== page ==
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Publication numberUS5931623 A
Publication typeGrant
Application numberUS 08/728,623
Publication dateAug 3, 1999
Filing dateOct 10, 1996
Priority dateOct 11, 1994
Fee statusLapsed
Publication number08728623, 728623, US 5931623 A, US 5931623A, US-A-5931623, US5931623 A, US5931623A
InventorsMark E. Hastings, Randy C. Peterson, Kevin L. Engelbert, John H. Mar
Original AssigneeUnicoil, Inc.
Export CitationBiBTeX, EndNote, RefMan
External Links: USPTO, USPTO Assignment, Espacenet
Spiral binding method and apparatus
US 5931623 A
Abstract
An apparatus for spiral binding a stack of papers together as a unit. The apparatus includes a coil feeder for feeding a spiral coil into the holes in the stack of papers, a pin extension and retraction mechanism, a coil cutter mechanism, and a paper thickness measuring and sizing mechanism. The spiral binding unit includes an aperture through which a spiral coil is inserted between a feed shaft and a rotatably mounted roller. The roller may be rotated in a pulsed manner. As the coil is inserted, the roller pushes the spiral coil into contact with the feed shaft. As the roller rotates, the coil is guided around a plurality of spiral guides that cause the coil to spiral into the holes in the stack of paper. The guides and any other surfaces which the end of the coil contacts along its path may have chamfered edges. The pin extension and retraction mechanism includes a plurality of curved locator pins that are movable between an extended and a retracted position. In the extended position, the pins extend up through the holes in the stack of papers. The paper thickness and sizing mechanism measures the thickness and width of the stack of papers. This information is used to provide the operator an indication of the proper coil size to use. This information is also used by the coil cutter to cut the coil to the proper length.
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Claims(33)
The embodiments of the invention in which an exclusive property or privilege is claimed are defined as follows:
1. A method of spiral binding a stack of papers, the method comprising:
placing a stack of papers having a plurality of holes along one edge within a spiral binding apparatus; and
spiraling a coil into the holes in the stack of papers in a pulsed manner in which a rate of rotation at which the coil is spiraled into the holes in the stack of papers changes periodically.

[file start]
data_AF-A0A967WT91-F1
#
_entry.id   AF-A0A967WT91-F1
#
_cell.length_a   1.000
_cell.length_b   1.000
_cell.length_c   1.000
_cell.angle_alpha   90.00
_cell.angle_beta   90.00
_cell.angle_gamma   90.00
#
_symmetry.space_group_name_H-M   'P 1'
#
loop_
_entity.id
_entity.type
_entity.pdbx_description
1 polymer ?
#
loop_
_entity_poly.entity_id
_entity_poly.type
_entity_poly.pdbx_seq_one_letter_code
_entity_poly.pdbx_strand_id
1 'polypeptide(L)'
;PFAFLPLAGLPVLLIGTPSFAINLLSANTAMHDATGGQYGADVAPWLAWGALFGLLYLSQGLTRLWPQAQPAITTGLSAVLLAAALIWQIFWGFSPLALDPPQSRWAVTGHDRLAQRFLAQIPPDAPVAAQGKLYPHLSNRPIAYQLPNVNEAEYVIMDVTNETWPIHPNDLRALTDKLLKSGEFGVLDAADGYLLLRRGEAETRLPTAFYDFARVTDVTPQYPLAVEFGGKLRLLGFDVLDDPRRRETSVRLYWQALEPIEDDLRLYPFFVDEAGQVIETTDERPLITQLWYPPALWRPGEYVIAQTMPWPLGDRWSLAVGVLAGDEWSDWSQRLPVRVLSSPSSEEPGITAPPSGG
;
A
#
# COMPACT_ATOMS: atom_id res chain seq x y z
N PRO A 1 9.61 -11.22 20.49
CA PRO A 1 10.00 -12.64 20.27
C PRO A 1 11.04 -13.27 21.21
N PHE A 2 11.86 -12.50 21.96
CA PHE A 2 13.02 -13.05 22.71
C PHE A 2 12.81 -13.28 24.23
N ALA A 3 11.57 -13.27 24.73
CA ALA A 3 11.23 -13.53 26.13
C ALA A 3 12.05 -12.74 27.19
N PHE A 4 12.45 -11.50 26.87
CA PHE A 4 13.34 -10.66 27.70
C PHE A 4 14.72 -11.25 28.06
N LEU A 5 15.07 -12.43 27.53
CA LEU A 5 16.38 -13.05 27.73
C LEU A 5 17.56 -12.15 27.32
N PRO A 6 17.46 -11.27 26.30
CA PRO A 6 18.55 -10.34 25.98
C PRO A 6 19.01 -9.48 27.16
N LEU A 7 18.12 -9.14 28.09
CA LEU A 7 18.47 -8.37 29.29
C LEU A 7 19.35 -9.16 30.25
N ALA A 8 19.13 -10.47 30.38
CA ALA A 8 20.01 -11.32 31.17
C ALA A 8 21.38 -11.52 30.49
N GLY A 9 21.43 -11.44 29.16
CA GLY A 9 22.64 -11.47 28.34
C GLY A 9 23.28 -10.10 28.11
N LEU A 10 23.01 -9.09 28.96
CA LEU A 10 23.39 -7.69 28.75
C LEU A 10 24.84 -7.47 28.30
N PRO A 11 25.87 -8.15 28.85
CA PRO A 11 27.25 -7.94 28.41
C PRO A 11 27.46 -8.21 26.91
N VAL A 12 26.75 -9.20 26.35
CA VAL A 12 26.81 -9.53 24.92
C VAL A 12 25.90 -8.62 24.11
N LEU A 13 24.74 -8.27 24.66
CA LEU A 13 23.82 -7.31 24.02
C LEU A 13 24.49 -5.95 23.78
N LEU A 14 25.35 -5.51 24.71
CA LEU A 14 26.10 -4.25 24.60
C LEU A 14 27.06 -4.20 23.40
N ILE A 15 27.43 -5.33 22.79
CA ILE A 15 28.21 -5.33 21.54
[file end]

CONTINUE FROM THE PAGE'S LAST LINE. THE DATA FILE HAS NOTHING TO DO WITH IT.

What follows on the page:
2. The method of claim 1, further comprising:
placing the coil between a feed shaft and a rotatably mounted roller so that the coil contacts and moves between the feed shaft and the roller;
applying a biasing force to the roller that biases the roller into contact with the coil which in turn biases the coil into contact with the feed shaft; and
rotating the roller, causing the coil to rotate and spiral around a plurality of guides that extend radially outward from the surface of the feed shaft.
3. The method of claim 1, further comprising positioning the stack of papers within the spiral binding apparatus upon a plurality of curved extendible and retractable locator pins that extend through the holes in the stack of papers.
4. The method of claim 3, further comprising rotatably retracting the locator pins out of the holes in the stack of papers after the stack of papers is properly positioned to allow the coil to be spiraled through the holes in the stack of papers.
5. An apparatus for spiral binding a stack of papers together as a unit, the apparatus comprising:
a coil feeder for rotatably feeding a preformed coil into a plurality of holes in the stack of papers, the coil feeder including:
a rotatably mounted roller;
a drive motor coupled to the roller to rotate the roller; and
a drive motor controller connected to the drive motor to rotate the roller in a pulsed manner in which the rate of rotation at which the coil is rotatably fed into the holes in the stack of papers changes periodically, and;
a feed shaft spaced radially outward from the surface of the roller and positioned so that as the coil is fed into the coil feeder, onto the feed shaft, the coil contacts the roller and feed shaft and is rotated by the roller, wherein the roller applies a force on the coil to push the coil into contact with the feed shaft as the coil moves through the coil feeder.
6. The apparatus of claim 5, wherein the controller is a microprocessor which includes a program for operating the drive motor in a pulsed manner.
7. The apparatus of claim 5, wherein the controller causes the drive motor to operate with an initial inertia that rotates the motor an angular distance that is limited in part by a resistance of the roller and the coil as the coil is rotatably fed into the stack of papers.